US President Donald Trump said on Thursday he would release a long-delayed plan for peace between Israelis and the Palestinians before a meeting in Washington next week with Israeli political leaders.
Earlier that day, Mr Trump said he would host Prime Minister Benjamin Netanyahu and his political rival Benny Gantz at the White House next week, ahead of the Israeli elections on March 2.
Mr Trump confirmed Tuesday's meeting between the three on Twitter and said that his long-anticipated Middle East peace plan would be probably be released "a little bit prior to that".
Mr Trump said he believed the plan could work and that he had spoken to the Palestinians “briefly”.
“We’ve spoken to them briefly. But we will speak to them in a period of time,” he said, asked if he had spoken to the Palestinians. “And they have a lot of incentive to do it. I’m sure they maybe will react negatively at first but it’s actually very positive for them.”
The economic part of the peace plan was revealed in June. It calls for $50 billion in international investment in the Palestinian territories and neighboring Arab countries over 10 years. The Palestinians reject the peace plan because it seems to abandon the idea of a two state solution.
The White House said the visit by Mr Netanyahu and Mr Gantz was an opportunity to discuss shared regional and national security interests.
The timing Mr Trump's meeting with Mr Netanyahu and Mr Gantz triggered accusations of election meddling by the White House.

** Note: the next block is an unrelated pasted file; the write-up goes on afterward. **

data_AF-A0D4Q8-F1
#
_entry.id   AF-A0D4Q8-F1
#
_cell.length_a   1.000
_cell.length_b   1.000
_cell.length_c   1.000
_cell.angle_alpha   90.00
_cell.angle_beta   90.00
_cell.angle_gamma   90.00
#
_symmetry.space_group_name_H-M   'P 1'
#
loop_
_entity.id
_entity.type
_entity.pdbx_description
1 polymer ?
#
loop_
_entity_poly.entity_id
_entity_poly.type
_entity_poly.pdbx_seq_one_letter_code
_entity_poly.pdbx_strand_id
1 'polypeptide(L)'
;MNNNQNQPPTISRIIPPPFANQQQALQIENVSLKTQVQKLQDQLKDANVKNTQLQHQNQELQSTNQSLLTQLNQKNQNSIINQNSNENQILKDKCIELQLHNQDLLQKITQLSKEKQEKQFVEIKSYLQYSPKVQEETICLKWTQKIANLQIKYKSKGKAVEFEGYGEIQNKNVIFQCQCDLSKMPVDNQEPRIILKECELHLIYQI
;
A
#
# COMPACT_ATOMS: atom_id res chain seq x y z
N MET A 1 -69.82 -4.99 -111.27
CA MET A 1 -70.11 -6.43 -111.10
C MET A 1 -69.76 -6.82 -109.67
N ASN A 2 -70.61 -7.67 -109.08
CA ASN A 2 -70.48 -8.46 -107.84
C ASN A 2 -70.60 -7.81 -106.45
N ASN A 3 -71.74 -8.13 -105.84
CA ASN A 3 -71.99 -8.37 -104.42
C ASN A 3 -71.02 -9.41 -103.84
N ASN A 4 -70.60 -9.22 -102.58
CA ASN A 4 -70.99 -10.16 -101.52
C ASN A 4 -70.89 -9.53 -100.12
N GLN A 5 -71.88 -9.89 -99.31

That same Tuesday, the Israeli Knesset is set to vote on a committee to debate granting immunity for prosecution to Mr Netanyahu.
The Israeli prime minister was indicted last November on charges of fraud, bribery and breach of trust. He denies the charges, calling them "a witch hunt".
“This is the anti-anti-corruption peace plan,” tweeted Ilan Goldenberg, the director of the Middle East programme at the Centre for New American Security.
Mr Goldenberg said the meeting was an attempt to help Mr Netanyahu with the vote on Tuesday and distract from Mr Trump's impeachment trial in the Senate.
Even experts who are less critical of the Trump administration’s Israel policy talked of election meddling.
Jonathan Schanzer, vice president of research at the Foundation for Defence of Democracies, said the move was unprecedented and put the Trump administration and its plan in the thick of the Israeli elections.
Others were quick to note the absence of the Palestinian side from the debate.
Communications ended between the Palestinian Authority and the White House after Mr Trump’s decision to move the US embassy to Jerusalem in December 2017.
Tamara Wittes, senior fellow in the Centre for Middle East Policy at Brookings Institution, questioned the plan.
“Given that the Trump administration has no relations with one half of the parties to the Israeli-Palestinian conflict, one wonders why anyone would call what President Trump is planning to announce a peace plan,” Ms Wittes said.
The US administration has been preparing its peace plan, dubbed “the deal of the century”, for more than two years. Mr Trump’s adviser and son-in-law, Jared Kushner, is overseeing the process.
But the release has been delayed after two elections in Israel in 2019 failed to produce a majority or lead to a government.
The administration’s approach has also departed from previous US policies in the embassy shift and in recognising the occupied Golan Heights as Israeli territory, and last November by declaring that Israeli settlements did not violate international law.
Mr Netanyahu proposed the idea of the trilateral meeting on Tuesday, Haaretz reported.